NoSQL is lurking in the shadows
Integration remains a key reason for IT's being, and the greatest integration challenges these days might be found in NoSQL, writes Bob Lewis at InfoWorld. If IT departments don't get ahead of the business units when it comes to NoSQL, they may find themselves forced to integrate it while simultaneously being blamed for deployment delays.
When relational database management technologies--an integral part of the IT culture, Lewis notes--don't make the grade, data designers have come up with ways to finesse them. While workable, these finesses are not elegant, and that's where NoSQL comes in.
NoSQL technologies, which Lewis calls a "hugely counter cultural family of technologies," present a variety of data design challenges. There is a considerable lack of clarity around these technologies, including the business challenges they are optimized for. It's not necessarily easy to explain how a business can make good use of NoSQL, which datastore would be helpful and what is needed to integrate the technology into the enterprise architecture.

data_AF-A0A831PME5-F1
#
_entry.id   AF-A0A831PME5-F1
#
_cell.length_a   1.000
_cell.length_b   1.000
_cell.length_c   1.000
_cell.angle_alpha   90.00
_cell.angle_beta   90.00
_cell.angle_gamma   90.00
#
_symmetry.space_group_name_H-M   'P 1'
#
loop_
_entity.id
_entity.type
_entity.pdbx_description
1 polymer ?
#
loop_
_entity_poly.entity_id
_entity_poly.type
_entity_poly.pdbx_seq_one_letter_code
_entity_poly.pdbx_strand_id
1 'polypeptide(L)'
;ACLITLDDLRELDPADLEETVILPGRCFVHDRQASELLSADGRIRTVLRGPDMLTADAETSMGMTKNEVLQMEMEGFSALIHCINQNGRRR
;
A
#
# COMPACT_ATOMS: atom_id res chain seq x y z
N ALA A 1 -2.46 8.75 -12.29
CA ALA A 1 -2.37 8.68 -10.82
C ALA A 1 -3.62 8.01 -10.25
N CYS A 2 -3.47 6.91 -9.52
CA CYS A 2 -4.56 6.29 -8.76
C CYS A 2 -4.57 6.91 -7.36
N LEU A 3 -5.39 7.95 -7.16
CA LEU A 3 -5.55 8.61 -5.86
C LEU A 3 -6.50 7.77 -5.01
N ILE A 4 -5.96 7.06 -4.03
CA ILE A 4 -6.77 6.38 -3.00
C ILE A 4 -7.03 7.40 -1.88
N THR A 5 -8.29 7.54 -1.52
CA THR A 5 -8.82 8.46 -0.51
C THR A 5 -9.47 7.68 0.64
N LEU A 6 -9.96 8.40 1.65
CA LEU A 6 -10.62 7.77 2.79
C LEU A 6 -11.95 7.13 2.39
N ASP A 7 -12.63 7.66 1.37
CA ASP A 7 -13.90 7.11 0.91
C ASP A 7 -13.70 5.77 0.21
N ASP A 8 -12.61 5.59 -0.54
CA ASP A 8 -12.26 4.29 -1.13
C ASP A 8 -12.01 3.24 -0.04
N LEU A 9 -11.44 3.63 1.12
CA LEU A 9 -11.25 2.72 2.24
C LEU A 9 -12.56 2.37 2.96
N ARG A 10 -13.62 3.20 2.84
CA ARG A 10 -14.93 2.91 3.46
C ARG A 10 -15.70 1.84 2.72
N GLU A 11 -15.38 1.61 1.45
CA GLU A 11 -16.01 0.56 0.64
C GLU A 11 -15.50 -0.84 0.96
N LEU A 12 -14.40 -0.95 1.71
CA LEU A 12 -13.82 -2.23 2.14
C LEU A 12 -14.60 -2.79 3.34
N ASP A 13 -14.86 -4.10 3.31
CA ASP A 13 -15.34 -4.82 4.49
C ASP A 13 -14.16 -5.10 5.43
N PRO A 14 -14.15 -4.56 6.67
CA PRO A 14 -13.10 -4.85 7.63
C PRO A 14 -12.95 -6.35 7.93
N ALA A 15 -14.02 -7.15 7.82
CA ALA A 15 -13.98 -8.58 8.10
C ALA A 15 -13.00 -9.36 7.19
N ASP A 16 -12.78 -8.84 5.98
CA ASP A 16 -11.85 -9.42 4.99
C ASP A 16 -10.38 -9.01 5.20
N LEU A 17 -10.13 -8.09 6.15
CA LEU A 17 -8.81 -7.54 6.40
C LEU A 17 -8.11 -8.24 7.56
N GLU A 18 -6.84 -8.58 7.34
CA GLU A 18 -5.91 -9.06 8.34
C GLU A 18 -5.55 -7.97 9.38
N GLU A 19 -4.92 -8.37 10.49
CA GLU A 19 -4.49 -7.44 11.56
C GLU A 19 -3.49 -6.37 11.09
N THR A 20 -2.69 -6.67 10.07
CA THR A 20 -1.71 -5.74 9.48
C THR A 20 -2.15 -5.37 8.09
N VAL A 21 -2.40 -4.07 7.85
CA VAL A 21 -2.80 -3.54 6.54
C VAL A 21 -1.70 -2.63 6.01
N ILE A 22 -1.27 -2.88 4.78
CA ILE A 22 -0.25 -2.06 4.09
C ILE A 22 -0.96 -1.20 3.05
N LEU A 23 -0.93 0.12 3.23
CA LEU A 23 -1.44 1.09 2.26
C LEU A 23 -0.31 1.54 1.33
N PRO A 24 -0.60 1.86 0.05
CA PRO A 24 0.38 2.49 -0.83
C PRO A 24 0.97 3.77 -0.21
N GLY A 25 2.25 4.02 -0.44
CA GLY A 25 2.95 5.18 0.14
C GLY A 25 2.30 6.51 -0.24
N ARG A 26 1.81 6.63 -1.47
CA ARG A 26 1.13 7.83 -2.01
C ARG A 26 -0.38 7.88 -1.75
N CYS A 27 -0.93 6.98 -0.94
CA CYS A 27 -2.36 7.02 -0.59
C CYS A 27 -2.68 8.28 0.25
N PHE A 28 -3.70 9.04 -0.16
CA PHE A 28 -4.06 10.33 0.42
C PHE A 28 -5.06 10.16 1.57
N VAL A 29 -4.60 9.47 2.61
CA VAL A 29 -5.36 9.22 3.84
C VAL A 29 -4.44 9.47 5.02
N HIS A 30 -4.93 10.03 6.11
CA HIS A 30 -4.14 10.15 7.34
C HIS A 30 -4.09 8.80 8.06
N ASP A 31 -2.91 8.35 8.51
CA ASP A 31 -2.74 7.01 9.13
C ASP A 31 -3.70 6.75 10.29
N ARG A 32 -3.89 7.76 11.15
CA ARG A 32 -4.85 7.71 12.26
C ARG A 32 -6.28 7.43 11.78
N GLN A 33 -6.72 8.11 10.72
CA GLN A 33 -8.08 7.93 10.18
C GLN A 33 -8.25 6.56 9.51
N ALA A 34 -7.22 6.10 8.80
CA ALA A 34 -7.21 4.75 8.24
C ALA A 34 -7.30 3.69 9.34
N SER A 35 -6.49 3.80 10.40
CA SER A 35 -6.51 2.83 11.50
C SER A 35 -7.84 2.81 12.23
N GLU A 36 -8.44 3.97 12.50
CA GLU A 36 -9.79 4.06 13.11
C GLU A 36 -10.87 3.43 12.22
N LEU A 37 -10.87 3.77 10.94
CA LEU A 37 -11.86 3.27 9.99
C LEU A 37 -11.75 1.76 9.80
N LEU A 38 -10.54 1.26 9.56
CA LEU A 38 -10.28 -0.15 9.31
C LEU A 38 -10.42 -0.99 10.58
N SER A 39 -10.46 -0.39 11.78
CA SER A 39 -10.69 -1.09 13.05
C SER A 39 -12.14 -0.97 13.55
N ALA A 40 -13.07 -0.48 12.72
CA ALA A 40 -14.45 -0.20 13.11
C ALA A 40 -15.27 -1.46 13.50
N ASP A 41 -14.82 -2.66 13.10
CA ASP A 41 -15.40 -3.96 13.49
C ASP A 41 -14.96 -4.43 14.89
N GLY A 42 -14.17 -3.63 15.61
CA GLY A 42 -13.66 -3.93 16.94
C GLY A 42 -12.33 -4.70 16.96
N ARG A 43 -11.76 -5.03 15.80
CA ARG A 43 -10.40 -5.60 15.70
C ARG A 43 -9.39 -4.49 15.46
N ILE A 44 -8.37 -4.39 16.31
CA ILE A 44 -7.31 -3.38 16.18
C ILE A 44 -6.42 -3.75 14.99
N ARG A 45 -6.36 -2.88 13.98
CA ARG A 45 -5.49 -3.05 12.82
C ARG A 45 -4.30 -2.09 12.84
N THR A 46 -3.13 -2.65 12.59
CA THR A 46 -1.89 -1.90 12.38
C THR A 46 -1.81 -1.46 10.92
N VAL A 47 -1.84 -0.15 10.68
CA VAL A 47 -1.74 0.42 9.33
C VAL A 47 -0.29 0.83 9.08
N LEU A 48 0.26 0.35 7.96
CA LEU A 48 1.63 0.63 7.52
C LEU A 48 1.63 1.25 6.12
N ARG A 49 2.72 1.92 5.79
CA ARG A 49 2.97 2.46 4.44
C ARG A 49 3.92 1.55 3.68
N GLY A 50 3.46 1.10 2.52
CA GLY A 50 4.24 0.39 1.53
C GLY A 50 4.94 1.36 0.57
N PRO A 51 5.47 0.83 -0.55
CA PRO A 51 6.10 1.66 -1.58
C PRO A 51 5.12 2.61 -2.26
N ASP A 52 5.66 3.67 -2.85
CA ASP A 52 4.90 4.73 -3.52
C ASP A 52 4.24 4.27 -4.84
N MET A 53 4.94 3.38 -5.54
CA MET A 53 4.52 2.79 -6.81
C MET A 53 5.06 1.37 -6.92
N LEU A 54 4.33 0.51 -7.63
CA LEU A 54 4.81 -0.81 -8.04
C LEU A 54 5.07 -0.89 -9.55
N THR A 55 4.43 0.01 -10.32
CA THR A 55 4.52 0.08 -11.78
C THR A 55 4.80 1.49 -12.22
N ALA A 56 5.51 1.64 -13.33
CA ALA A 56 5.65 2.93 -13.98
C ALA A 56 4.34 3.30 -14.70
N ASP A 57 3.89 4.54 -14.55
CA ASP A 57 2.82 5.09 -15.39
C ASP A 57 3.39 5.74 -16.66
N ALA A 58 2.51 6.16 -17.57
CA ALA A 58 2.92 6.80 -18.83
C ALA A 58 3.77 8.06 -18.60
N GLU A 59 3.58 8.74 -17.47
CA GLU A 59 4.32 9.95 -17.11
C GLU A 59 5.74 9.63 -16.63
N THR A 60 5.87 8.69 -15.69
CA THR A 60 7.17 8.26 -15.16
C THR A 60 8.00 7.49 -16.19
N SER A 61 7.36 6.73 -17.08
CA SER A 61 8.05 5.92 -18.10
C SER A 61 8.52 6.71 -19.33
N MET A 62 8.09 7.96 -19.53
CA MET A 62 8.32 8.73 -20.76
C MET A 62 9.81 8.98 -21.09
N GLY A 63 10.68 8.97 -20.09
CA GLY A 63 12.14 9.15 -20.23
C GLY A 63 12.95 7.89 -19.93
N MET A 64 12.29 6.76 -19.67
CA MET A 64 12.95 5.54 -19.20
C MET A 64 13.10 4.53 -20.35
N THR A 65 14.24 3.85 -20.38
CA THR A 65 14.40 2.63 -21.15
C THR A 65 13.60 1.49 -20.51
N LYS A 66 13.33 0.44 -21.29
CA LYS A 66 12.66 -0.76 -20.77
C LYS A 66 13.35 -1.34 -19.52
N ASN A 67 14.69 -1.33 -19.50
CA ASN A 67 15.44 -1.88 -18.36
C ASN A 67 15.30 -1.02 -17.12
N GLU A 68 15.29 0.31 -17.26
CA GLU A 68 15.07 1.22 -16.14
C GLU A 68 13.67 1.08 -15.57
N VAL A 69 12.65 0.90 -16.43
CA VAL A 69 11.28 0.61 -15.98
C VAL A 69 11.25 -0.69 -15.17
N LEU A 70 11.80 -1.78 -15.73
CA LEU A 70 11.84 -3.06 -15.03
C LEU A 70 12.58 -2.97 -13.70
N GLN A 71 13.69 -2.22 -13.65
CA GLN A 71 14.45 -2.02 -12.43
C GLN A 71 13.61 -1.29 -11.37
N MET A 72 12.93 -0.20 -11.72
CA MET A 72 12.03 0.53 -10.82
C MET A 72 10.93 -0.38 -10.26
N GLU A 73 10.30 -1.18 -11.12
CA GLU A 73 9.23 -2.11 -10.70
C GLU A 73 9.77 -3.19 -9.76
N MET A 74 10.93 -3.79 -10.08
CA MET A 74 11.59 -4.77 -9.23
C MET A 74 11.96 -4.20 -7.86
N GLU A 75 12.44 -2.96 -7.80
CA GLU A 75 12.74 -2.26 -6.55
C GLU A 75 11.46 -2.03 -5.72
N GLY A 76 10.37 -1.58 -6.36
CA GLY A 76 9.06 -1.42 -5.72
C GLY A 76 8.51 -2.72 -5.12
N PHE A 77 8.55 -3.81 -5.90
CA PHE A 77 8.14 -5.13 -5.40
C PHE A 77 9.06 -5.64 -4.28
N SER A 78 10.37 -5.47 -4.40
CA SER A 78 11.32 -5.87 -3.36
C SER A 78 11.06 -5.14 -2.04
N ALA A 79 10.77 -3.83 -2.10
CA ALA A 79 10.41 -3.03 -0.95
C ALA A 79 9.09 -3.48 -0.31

Lewis suggests that IT make an investment in thoroughly researching NoSQL and understanding how the technologies might be leveraged for particular business challenges. If IT isn't pro-active about this, he warns, a "business executive--the CMO, perhaps--will get a sales pitch from a company that `does NoSQL' or hear a speech from one at a conference. He'll sign a contract with them to bring it in and make it happen."
If that happens, ultimately IT will get left with a truckload of integration requests and then the blame for project delays.
- see Bob Lewis' post at InfoWorld